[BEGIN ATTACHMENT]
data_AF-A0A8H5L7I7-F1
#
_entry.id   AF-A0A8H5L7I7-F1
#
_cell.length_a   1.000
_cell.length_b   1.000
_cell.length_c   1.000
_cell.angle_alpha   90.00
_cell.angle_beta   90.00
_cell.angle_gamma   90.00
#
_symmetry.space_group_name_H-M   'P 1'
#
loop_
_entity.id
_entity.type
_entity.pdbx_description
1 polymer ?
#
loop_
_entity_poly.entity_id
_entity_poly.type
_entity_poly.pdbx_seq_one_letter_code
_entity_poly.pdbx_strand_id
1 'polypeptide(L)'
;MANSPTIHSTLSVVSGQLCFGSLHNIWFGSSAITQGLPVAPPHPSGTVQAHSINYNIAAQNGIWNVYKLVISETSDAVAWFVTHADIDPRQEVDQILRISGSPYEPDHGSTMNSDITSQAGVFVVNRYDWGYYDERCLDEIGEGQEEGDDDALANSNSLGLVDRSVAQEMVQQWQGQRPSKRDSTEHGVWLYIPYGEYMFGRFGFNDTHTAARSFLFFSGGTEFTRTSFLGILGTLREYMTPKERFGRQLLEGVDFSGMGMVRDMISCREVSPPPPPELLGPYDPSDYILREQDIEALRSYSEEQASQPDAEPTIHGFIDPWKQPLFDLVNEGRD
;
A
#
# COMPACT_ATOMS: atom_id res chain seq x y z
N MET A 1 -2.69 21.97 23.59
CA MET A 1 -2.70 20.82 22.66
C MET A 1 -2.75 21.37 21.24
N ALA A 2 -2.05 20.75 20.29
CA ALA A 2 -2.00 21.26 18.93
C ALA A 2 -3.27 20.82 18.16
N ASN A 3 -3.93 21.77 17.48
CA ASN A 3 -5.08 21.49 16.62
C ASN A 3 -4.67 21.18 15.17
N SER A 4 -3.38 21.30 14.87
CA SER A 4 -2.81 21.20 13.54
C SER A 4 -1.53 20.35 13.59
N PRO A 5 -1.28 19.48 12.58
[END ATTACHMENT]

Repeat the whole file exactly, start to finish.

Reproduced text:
data_AF-A0A8H5L7I7-F1
#
_entry.id   AF-A0A8H5L7I7-F1
#
_cell.length_a   1.000
_cell.length_b   1.000
_cell.length_c   1.000
_cell.angle_alpha   90.00
_cell.angle_beta   90.00
_cell.angle_gamma   90.00
#
_symmetry.space_group_name_H-M   'P 1'
#
loop_
_entity.id
_entity.type
_entity.pdbx_description
1 polymer ?
#
loop_
_entity_poly.entity_id
_entity_poly.type
_entity_poly.pdbx_seq_one_letter_code
_entity_poly.pdbx_strand_id
1 'polypeptide(L)'
;MANSPTIHSTLSVVSGQLCFGSLHNIWFGSSAITQGLPVAPPHPSGTVQAHSINYNIAAQNGIWNVYKLVISETSDAVAWFVTHADIDPRQEVDQILRISGSPYEPDHGSTMNSDITSQAGVFVVNRYDWGYYDERCLDEIGEGQEEGDDDALANSNSLGLVDRSVAQEMVQQWQGQRPSKRDSTEHGVWLYIPYGEYMFGRFGFNDTHTAARSFLFFSGGTEFTRTSFLGILGTLREYMTPKERFGRQLLEGVDFSGMGMVRDMISCREVSPPPPPELLGPYDPSDYILREQDIEALRSYSEEQASQPDAEPTIHGFIDPWKQPLFDLVNEGRD
;
A
#
# COMPACT_ATOMS: atom_id res chain seq x y z
N MET A 1 -2.69 21.97 23.59
CA MET A 1 -2.70 20.82 22.66
C MET A 1 -2.75 21.37 21.24
N ALA A 2 -2.05 20.75 20.29
CA ALA A 2 -2.00 21.26 18.93
C ALA A 2 -3.27 20.82 18.16
N ASN A 3 -3.93 21.77 17.48
CA ASN A 3 -5.08 21.49 16.62
C ASN A 3 -4.67 21.18 15.17
N SER A 4 -3.38 21.30 14.87
CA SER A 4 -2.81 21.20 13.54
C SER A 4 -1.53 20.35 13.59
N PRO A 5 -1.28 19.48 12.58